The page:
Admiral Somerville planned to launch a night torpedo attack against the Japanese forces.  Somerville had the advantage of radar aboard not only some of his ships but also aboard some of his Albacore torpedo bombers.  Somerville also sought a night surface engagement.  Utilizing his advantage of radar, he felt, would allow the slow Revenge class battleships to bring their heavy armament into action because the disadvantage of their slow speed would be somewhat negated at night.  Force B opeated as a support group to Force A, conforming with its movements and maintaining station about 20 miles to the Westward of Force A.  Albacore search planes from Somerville's carriers located the Japanese fleet but unfortunately failed to give accurate contact information before they were shot down.  At one point, the two fleets came to within 200 miles of one another without contact being made.  During the night of April 5th, the British continued trying to locate the Japanese fleet but were not successful.  Since Cornwall and Dorsetshire had failed to rendezvous with Force A as ordered, Admiral Somerville suspected they may have been destroyed.  He dispatched a cruiser and destroyers to look for them, while the remainder of his forces returned to Addu Atoll.  Survivors were located in the water the next day and rescued by light cruiser Enterprise and her escorting destroyers Paladin and Panther.  Somerville continued to operate from Addu Atoll, searching for the Japanese, but was never again able to make contact with the Japanese striking force.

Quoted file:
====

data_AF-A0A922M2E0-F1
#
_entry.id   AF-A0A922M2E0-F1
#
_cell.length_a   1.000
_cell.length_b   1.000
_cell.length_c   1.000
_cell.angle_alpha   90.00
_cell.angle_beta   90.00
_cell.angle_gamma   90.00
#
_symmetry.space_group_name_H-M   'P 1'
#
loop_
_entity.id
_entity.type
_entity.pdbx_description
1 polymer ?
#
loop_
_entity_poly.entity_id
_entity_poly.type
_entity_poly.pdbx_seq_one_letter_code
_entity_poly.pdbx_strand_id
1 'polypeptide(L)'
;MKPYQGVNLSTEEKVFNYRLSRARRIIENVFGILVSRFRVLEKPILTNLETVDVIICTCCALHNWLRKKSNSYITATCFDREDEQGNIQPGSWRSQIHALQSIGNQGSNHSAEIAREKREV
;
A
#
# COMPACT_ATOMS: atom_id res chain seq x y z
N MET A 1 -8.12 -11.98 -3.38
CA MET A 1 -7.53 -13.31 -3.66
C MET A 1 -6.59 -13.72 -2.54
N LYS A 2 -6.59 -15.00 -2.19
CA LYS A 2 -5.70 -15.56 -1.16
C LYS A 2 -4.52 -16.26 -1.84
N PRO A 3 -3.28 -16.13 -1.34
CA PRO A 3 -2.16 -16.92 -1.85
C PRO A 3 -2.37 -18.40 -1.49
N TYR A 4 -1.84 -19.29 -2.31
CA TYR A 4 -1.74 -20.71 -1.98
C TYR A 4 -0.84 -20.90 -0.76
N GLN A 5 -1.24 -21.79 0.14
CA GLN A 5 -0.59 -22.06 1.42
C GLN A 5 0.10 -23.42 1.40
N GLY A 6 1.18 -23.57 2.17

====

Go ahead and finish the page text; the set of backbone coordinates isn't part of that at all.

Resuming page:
Admiral Sir James Somerville,
commander of the British Eastern Fleet.

Four days later, on April 9th, the Japanese launched an attack on the naval base at Trincomalee.  As before, the British had prior warning of the attack, which allowed the carrier Hermes, destroyer Vampire, and corvette Hollyhock to flee the harbor before the attack commenced.  The Hermes had no aircraft aboard, and thus had no fighter aircraft available to engage the Japanese bombers.  Her aircraft had been operating from land based air fields on Ceylon, and most had already been destroyed.  After the attack on Trincomalee was over, the Hermes and her consorts altered course to return.  Unfortunately, they were located near the coast by Japanese aircraft and an attack was launched.  Seventy Japanese planes attacked these three ships, and the virtually defenseless Hermes sustained forty hits and quickly sank with heavy loss of life.  The Vampire and Hollyhock were also sunk.  Hospital ship Vita later picked up 590 survivors in the water from these three ships.